This in-depth look at a diverse group of young women at an alternative high school illuminates issues of race, class, gender, and identity formation, and shows the enormous power of schools to re-orient young women from school failure to success.
This book examines the variations in the constitution of female gender in a group of young working class women of African American, Latina, U.S., Puerto Rican, and white European backgrounds who are enrolled in an alternative high school for students at risk of academic failure. It then analyzes the school processes that impact on the shaping of the young women's gender identities and provides evidence that female gender identity among various racial or ethnic backgrounds can be very dissimilar. It also illustrates the enormous power of schools to re-orient young women who have previous experiences of academic failure to view education as crucial to attaining their future goals.
Jeanne Drysdale Weiler is an Assistant Professor in the Department of Educational Foundations at Hunter College, CUNY.
"This book uniquely compares processes of identity formation among three groups of young women—white, African American and Puerto Rican, and Latinas. The inclusion of racialized minorities like Puerto Ricans as well an non-white immigrants is particularly important." — Catherine Raissiguier, author of Becoming Women/Becoming Workers: Identity Formation in a French Vocational School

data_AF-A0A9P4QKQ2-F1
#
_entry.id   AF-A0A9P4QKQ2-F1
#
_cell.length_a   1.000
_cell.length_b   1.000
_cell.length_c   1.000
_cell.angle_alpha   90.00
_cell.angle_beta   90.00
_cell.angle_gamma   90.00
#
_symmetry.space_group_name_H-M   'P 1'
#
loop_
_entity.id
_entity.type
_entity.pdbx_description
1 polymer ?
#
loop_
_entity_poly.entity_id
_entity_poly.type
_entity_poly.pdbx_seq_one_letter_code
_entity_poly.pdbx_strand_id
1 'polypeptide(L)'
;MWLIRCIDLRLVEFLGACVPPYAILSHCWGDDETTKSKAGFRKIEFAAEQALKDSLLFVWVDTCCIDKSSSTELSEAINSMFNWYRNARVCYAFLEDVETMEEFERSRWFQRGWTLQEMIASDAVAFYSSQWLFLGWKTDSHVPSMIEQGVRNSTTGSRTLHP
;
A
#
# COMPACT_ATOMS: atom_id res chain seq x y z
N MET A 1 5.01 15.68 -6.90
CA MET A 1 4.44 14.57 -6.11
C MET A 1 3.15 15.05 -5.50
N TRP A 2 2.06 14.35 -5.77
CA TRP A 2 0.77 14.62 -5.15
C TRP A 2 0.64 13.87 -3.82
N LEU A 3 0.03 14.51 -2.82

"I found the author's careful and convincing portrayal of how race/ethnicity, gender, and social class collectively influence identity among these girls fascinating. The whole notion of identity construction—and particularly the role that schools play in its evolution—is underdeveloped in the educational literature. This book has important ramifications." — Ann Locke Davidson, author of Making and Molding Identity in Schools: Student Narratives on Race, Gender, and Academic Engagement